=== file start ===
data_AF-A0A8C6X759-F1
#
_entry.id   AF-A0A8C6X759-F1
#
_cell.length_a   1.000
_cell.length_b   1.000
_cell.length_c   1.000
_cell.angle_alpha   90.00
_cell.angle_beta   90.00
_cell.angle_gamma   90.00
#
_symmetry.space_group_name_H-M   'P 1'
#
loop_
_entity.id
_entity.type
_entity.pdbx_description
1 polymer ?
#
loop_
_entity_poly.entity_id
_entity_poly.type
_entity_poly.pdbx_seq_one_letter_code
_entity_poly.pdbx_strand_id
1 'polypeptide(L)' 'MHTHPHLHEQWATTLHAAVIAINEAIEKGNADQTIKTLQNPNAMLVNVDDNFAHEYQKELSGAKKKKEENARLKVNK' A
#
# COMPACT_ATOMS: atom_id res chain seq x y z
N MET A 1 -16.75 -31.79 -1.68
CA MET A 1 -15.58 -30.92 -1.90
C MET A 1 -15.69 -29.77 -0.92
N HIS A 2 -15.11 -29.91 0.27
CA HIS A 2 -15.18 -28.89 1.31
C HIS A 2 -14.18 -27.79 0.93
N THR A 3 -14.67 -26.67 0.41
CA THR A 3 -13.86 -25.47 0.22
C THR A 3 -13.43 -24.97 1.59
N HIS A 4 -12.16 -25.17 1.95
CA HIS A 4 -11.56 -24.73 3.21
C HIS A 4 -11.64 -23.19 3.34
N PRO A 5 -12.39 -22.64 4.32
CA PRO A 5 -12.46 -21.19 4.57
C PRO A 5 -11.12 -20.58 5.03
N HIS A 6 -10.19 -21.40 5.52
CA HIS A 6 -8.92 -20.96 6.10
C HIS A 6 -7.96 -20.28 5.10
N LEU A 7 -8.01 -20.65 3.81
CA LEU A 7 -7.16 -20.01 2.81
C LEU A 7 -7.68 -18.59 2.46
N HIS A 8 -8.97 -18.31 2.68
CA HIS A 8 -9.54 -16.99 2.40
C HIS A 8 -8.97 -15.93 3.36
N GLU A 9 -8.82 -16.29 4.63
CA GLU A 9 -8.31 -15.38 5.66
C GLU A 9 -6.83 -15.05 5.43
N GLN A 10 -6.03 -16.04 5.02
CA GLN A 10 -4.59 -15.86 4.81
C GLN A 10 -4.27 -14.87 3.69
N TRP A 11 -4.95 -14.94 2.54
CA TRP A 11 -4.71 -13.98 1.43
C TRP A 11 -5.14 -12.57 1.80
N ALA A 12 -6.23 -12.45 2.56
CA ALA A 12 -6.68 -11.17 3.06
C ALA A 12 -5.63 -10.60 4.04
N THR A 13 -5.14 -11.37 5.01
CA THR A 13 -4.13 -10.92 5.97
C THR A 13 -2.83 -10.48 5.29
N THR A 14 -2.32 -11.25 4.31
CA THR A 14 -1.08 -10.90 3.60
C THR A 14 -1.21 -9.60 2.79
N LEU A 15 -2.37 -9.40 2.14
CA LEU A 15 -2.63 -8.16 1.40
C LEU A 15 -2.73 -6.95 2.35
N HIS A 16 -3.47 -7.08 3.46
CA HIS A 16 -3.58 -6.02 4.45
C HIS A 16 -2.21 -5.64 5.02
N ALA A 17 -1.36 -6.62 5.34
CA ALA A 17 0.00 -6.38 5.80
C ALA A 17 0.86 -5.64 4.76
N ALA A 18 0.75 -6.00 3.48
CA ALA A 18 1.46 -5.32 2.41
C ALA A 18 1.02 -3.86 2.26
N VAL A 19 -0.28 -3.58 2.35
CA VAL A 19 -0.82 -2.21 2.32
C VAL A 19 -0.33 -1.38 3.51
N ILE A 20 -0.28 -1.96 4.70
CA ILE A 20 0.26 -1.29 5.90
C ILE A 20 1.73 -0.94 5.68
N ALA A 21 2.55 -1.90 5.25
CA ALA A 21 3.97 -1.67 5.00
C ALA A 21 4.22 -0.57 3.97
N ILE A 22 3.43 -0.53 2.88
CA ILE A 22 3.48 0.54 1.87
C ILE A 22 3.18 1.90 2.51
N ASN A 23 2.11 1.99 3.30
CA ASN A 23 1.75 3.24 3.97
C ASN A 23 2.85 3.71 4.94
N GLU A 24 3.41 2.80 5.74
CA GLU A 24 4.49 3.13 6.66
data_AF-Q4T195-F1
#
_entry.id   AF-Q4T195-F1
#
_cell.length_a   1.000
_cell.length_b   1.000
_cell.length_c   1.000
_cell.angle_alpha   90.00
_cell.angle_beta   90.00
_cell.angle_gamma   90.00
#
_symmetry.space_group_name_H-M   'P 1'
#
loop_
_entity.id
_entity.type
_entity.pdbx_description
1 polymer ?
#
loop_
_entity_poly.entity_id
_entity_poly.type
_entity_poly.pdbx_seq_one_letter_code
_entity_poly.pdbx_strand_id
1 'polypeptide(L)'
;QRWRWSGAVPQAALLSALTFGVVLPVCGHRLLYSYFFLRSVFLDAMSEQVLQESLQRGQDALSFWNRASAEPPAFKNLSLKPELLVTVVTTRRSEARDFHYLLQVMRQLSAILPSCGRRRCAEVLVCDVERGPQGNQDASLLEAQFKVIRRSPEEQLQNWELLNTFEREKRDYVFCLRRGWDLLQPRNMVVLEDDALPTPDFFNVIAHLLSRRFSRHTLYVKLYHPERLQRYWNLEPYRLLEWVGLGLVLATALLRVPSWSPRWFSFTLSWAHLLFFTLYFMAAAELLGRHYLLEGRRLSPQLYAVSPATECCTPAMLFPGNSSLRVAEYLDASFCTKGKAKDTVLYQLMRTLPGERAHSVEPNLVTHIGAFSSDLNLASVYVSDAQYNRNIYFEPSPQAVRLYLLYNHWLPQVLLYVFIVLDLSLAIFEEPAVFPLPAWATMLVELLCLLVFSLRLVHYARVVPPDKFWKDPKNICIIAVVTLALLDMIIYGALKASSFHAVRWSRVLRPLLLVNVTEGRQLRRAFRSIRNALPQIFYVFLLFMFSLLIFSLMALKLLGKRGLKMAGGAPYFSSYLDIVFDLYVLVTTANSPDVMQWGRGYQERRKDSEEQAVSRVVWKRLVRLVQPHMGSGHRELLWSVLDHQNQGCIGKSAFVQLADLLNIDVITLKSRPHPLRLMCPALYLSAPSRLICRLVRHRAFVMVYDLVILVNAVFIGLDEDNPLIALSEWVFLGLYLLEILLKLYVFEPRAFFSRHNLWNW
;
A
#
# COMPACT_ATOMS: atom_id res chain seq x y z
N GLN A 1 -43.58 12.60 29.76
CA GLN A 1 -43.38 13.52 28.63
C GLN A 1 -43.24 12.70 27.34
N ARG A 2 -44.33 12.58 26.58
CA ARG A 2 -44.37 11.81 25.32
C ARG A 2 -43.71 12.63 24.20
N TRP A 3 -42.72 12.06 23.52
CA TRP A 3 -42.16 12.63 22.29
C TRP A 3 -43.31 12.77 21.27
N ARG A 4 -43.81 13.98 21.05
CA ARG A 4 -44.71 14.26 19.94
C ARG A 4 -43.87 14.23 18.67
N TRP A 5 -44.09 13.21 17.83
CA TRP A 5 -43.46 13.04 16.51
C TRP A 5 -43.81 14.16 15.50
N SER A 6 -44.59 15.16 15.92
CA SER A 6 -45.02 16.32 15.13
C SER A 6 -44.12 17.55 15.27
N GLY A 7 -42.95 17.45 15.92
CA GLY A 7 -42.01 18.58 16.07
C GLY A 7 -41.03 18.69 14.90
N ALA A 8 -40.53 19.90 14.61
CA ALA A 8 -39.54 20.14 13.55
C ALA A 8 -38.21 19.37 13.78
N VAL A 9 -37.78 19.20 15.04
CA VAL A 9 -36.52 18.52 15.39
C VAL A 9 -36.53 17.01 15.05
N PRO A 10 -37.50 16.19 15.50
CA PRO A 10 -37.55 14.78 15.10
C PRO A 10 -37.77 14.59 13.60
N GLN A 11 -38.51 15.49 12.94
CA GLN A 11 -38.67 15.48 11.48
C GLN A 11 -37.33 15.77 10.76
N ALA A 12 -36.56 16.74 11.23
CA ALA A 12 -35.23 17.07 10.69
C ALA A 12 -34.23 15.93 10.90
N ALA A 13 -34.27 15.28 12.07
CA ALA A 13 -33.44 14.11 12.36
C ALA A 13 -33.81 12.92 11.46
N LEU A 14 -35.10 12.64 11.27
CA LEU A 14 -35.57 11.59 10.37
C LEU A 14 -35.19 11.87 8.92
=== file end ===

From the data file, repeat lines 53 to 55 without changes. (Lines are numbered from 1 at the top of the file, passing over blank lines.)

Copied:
CA GLU A 9 -8.31 -15.38 5.66
C GLU A 9 -6.83 -15.05 5.43
N GLN A 10 -6.03 -16.04 5.02